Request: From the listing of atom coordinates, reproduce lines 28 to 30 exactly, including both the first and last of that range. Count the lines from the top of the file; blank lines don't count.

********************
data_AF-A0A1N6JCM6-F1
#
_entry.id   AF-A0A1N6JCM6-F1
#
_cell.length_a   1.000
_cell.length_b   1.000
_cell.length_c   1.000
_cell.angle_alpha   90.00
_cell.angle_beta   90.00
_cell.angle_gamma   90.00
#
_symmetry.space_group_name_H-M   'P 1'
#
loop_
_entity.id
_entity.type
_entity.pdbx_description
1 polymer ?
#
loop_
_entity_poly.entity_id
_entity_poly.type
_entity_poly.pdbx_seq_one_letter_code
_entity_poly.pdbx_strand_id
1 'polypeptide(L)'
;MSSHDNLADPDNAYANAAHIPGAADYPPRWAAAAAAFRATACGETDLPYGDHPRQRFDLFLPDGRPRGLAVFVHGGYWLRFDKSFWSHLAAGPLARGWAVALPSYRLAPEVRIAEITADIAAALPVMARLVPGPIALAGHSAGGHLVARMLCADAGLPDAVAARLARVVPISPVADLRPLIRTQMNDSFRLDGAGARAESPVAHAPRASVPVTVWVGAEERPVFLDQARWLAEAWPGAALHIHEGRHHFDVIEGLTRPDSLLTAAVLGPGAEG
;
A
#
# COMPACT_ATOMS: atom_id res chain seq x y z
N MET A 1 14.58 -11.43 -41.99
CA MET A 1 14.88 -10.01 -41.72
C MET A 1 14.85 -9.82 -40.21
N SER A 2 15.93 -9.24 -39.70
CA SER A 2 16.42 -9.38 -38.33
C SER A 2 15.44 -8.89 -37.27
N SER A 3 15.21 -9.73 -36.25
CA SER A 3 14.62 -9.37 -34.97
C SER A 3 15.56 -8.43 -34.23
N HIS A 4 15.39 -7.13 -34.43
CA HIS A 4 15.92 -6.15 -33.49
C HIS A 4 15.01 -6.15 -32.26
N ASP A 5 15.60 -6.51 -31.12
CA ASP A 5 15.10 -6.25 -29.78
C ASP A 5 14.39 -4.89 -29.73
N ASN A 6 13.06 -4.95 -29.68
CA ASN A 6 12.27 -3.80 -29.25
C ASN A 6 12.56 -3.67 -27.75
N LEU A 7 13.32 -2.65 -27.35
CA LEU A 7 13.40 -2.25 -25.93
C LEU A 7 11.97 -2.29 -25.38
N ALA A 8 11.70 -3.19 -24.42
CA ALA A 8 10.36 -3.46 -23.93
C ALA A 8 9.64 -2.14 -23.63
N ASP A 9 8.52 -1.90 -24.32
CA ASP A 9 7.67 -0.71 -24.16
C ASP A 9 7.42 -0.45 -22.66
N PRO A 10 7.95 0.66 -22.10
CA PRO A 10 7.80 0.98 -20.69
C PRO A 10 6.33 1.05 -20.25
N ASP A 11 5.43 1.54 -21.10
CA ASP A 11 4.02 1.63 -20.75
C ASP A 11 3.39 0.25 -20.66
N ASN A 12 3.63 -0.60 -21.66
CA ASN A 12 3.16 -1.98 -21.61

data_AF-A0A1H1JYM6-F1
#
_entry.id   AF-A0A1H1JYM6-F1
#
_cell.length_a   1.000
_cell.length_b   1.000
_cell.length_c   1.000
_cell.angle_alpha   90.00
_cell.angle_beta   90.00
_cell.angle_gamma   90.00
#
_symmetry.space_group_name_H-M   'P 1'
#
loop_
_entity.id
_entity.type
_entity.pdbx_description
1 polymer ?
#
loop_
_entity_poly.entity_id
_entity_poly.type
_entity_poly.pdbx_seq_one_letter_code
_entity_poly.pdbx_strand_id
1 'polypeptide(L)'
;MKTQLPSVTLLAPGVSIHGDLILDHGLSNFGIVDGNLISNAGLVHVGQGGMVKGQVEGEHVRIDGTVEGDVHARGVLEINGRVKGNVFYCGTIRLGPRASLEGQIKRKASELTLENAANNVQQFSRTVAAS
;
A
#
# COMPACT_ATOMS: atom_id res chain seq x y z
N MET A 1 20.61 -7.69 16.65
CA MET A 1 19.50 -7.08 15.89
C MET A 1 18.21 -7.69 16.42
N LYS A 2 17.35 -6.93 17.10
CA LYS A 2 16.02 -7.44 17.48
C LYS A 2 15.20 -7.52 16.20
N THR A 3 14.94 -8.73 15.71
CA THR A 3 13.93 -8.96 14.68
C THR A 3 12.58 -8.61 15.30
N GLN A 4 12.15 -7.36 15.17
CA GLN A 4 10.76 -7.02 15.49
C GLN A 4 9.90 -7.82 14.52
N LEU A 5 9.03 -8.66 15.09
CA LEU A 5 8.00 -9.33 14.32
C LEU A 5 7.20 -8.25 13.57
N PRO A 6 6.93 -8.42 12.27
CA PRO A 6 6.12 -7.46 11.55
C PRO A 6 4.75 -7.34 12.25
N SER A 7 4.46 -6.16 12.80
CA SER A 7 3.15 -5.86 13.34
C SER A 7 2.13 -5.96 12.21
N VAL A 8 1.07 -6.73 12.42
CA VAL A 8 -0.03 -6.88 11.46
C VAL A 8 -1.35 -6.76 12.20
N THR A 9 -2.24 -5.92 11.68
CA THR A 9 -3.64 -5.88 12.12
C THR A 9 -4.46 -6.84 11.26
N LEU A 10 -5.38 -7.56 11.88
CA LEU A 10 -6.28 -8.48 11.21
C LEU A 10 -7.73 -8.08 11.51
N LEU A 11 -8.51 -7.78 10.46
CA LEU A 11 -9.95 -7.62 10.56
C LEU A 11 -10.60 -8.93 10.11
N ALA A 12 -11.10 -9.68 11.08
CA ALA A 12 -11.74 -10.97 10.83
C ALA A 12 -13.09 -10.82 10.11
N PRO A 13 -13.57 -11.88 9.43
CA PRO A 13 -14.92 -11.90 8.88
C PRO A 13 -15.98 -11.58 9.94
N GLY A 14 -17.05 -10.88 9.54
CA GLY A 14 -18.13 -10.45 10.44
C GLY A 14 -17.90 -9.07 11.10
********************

A
#
# COMPACT_ATOMS: atom_id res chain seq x y z